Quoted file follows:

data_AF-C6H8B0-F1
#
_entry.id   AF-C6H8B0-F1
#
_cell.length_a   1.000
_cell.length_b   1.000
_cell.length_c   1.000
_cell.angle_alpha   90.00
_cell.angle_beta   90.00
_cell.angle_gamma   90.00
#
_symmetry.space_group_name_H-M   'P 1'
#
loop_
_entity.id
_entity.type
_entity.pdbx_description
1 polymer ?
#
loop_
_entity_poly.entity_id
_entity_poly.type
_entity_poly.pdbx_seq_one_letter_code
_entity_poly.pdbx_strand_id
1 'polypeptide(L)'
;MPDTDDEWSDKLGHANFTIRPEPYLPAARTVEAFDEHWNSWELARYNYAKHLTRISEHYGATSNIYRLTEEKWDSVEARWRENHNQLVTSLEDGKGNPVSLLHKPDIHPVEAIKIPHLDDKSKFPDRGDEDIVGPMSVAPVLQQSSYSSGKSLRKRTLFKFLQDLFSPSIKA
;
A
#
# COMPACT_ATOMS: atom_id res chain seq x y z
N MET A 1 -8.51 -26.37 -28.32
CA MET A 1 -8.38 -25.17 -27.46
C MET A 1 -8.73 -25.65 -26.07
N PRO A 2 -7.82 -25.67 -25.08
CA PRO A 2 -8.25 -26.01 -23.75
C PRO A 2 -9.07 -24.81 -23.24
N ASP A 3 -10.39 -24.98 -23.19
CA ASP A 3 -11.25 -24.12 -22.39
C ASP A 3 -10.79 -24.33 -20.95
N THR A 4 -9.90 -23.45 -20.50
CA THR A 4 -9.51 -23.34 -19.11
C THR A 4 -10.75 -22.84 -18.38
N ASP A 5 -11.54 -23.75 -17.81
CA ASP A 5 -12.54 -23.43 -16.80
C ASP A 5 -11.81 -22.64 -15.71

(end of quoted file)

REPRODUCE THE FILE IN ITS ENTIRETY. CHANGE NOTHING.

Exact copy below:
data_AF-C6H8B0-F1
#
_entry.id   AF-C6H8B0-F1
#
_cell.length_a   1.000
_cell.length_b   1.000
_cell.length_c   1.000
_cell.angle_alpha   90.00
_cell.angle_beta   90.00
_cell.angle_gamma   90.00
#
_symmetry.space_group_name_H-M   'P 1'
#
loop_
_entity.id
_entity.type
_entity.pdbx_description
1 polymer ?
#
loop_
_entity_poly.entity_id
_entity_poly.type
_entity_poly.pdbx_seq_one_letter_code
_entity_poly.pdbx_strand_id
1 'polypeptide(L)'
;MPDTDDEWSDKLGHANFTIRPEPYLPAARTVEAFDEHWNSWELARYNYAKHLTRISEHYGATSNIYRLTEEKWDSVEARWRENHNQLVTSLEDGKGNPVSLLHKPDIHPVEAIKIPHLDDKSKFPDRGDEDIVGPMSVAPVLQQSSYSSGKSLRKRTLFKFLQDLFSPSIKA
;
A
#
# COMPACT_ATOMS: atom_id res chain seq x y z
N MET A 1 -8.51 -26.37 -28.32
CA MET A 1 -8.38 -25.17 -27.46
C MET A 1 -8.73 -25.65 -26.07
N PRO A 2 -7.82 -25.67 -25.08
CA PRO A 2 -8.25 -26.01 -23.75
C PRO A 2 -9.07 -24.81 -23.24
N ASP A 3 -10.39 -24.98 -23.19
CA ASP A 3 -11.25 -24.12 -22.39
C ASP A 3 -10.79 -24.33 -20.95
N THR A 4 -9.90 -23.45 -20.50
CA THR A 4 -9.51 -23.34 -19.11
C THR A 4 -10.75 -22.84 -18.38
N ASP A 5 -11.54 -23.75 -17.81
CA ASP A 5 -12.54 -23.43 -16.80
C ASP A 5 -11.81 -22.64 -15.71